By Max Clarke

Preliminary inflation figures for January, published today by the Office for National Statistics, show consumer price index (CPI) inflation reached 4.0%, up from 3.7% in December, and double the Bank of England's target figure.

Commenting on today's figures is David Kern, Chief Economist at the British Chambers of Commerce (BCC):

“The increase in inflation to 4% was exactly as most analysts expected, and there was even some relief in the markets that the outcome was not worse. The present situation is uncomfortable for the Monetary Policy Committee (MPC). But, in the face of higher taxes, increased utility bills, and surges in food and energy prices, it is still likely that consumer price inflation will increase towards 4.5% before it stabilises.

“We believe that a premature hike in interest rates would make no difference to inflation in the short-term, but would put the recovery at risk. It would also make it more difficult for the Government to implement measures aimed at cutting the deficit. Raising interest rates at a time when fiscal policy is being tightened will heighten pressures facing businesses and individuals. Over the medium term, the MPC is right to assume that inflation is likely to fall gradually towards its 2% target.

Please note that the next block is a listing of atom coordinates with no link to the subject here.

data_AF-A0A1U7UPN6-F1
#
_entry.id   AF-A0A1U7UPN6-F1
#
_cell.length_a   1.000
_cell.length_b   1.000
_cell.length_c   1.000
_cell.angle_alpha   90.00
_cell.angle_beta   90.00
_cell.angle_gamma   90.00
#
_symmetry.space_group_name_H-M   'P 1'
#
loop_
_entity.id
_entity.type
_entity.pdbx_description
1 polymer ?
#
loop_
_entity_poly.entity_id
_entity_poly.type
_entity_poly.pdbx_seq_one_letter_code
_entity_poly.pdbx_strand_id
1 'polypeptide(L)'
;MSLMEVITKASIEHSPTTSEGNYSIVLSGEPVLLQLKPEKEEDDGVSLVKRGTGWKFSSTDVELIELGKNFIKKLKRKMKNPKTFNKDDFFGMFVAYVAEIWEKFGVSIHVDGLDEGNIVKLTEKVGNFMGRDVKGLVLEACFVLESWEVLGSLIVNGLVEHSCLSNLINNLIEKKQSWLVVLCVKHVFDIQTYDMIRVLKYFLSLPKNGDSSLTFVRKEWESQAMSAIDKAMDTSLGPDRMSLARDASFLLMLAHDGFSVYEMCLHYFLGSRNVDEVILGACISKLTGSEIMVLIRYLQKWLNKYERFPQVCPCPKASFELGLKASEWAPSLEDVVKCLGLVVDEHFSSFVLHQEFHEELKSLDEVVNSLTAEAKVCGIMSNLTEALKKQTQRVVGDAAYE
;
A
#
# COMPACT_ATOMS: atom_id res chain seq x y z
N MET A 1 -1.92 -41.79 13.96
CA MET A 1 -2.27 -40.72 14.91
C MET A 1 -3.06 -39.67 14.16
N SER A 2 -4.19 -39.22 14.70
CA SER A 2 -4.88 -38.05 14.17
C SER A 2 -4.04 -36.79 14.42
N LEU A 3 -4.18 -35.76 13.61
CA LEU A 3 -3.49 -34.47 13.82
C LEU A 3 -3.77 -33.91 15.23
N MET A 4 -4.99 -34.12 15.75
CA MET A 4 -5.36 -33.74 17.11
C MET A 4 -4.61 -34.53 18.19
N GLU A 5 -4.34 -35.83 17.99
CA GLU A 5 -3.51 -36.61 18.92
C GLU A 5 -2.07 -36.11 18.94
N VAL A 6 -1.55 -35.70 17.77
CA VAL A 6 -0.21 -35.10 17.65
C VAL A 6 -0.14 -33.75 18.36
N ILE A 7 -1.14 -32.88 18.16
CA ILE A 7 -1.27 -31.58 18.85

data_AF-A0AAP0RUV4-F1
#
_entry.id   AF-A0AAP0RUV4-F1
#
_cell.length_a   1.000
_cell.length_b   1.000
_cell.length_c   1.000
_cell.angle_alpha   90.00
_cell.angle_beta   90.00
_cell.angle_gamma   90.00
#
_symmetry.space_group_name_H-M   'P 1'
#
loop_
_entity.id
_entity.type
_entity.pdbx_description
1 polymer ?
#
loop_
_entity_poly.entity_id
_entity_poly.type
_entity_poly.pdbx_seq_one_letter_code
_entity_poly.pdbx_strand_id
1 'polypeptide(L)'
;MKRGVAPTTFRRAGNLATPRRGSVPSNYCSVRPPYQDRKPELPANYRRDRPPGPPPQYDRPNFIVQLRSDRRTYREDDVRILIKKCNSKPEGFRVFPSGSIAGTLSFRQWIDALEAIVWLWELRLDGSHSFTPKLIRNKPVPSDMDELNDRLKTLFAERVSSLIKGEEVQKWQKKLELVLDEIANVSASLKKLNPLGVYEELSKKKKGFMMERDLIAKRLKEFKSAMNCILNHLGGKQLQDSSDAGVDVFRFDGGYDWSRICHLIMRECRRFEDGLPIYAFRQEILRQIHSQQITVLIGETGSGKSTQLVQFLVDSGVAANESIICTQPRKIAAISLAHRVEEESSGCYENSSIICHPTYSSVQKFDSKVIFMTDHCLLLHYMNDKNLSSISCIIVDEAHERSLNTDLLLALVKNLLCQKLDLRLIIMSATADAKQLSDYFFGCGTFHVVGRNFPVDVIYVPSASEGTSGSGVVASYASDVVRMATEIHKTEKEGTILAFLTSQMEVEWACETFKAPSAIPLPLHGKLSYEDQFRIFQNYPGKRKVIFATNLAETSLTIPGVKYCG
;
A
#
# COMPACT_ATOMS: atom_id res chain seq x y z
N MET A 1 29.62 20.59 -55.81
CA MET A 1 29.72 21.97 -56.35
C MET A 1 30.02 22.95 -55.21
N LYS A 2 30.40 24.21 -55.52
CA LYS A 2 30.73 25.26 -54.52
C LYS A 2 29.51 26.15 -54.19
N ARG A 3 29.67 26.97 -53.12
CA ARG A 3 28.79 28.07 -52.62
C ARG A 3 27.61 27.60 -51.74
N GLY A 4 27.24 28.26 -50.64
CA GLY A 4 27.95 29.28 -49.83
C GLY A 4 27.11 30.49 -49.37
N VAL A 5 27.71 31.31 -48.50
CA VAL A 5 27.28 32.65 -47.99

“We believe that interest rates will probably have to rise later this year, but it is critical that the MPC waits until the initial impact of the austerity measures have been absorbed. Considering an increase in interest rates before the middle of the year would be a mistake.”